The new large bins also gives Sinclair pause when it comes to diversion and reducing overall waste which should be the goal, she said.

“We’ll be giving everyone – single people, two-person families, or families of four or five – opportunities to use more with these giant compartments,” she said.

Cal Patterson (not the former mayor of Wasaga Beach), who also lives in Blue Fairway, is one of the residents who signed Sinclair’s petition.

“We really have no place to store these darn things,” said Patterson.

Patterson said he has spoken with Mayor Brian Saunderson, and has sent correspondence to the County of Simcoe, however has not received a satisfactory resolution to his concerns either.

“(Mayor Saunderson) said they’re setting (the new bins) up at the library and we can come have a look at them. We know how big they are. We don’t need to look at them,” said Patterson. “I feel like no one is willing to come out and look at our situation.”

“We’re frustrated because the bins are coming in August. I would have liked to discuss this before we got the bins,” he said.

Patterson and his wife moved to Collingwood in 2018 from Saskatchewan. He said they used the larger wheeled carts when he lived in Saskatchewan and he found them easy to use there, however they had a much larger home that worked well with the bins, whereas now they’ve downsized and that’s no longer the case.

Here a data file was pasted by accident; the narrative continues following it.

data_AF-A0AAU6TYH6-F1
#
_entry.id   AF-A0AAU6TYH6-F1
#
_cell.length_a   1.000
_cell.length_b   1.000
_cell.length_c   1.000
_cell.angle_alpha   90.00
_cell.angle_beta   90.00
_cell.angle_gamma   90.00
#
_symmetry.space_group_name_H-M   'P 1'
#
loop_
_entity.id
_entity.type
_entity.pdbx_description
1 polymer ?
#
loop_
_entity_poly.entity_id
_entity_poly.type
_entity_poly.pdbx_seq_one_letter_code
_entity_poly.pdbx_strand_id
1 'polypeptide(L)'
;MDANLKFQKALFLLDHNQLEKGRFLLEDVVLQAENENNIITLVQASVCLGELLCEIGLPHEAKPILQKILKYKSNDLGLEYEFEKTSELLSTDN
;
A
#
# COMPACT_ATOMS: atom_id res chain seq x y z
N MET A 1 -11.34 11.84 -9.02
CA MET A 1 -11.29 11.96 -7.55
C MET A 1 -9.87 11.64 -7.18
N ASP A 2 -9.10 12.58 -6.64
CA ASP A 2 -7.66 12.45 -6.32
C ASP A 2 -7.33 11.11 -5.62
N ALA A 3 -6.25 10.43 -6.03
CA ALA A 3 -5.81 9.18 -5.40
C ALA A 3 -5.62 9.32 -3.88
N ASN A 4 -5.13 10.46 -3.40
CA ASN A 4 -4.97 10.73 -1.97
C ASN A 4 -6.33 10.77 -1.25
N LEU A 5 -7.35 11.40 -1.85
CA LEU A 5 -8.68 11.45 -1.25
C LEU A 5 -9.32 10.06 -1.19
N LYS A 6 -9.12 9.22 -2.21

“They worked in our situation (then). Most people out here don’t use all the bin space they have now. These large bins are over the top. The one-size-fits-all solution is a big mistake,” said Patterson.

Gene Melnyk, who also lives in Blue Fairway, said while he understands waste collection is dealt with through the County of Simcoe, he wishes the Town of Collingwood would have also taken a leadership role in communicating the change to residents.

“We don’t have the lot sizes or garage space here. People are going to have to store them in their driveways and it’s going to look like a garbage-bin ghetto,” Melnyk said. “We’re not against the bins. (We’re against) the one size only. We need a choice here.”

Melnyk said he wouldn’t mind paying extra for alternate bin sizes if it is the cost that is the issue.

“This isn’t just our issue. This is an issue for the whole town. It’s our money. We want input,” said Melnyk.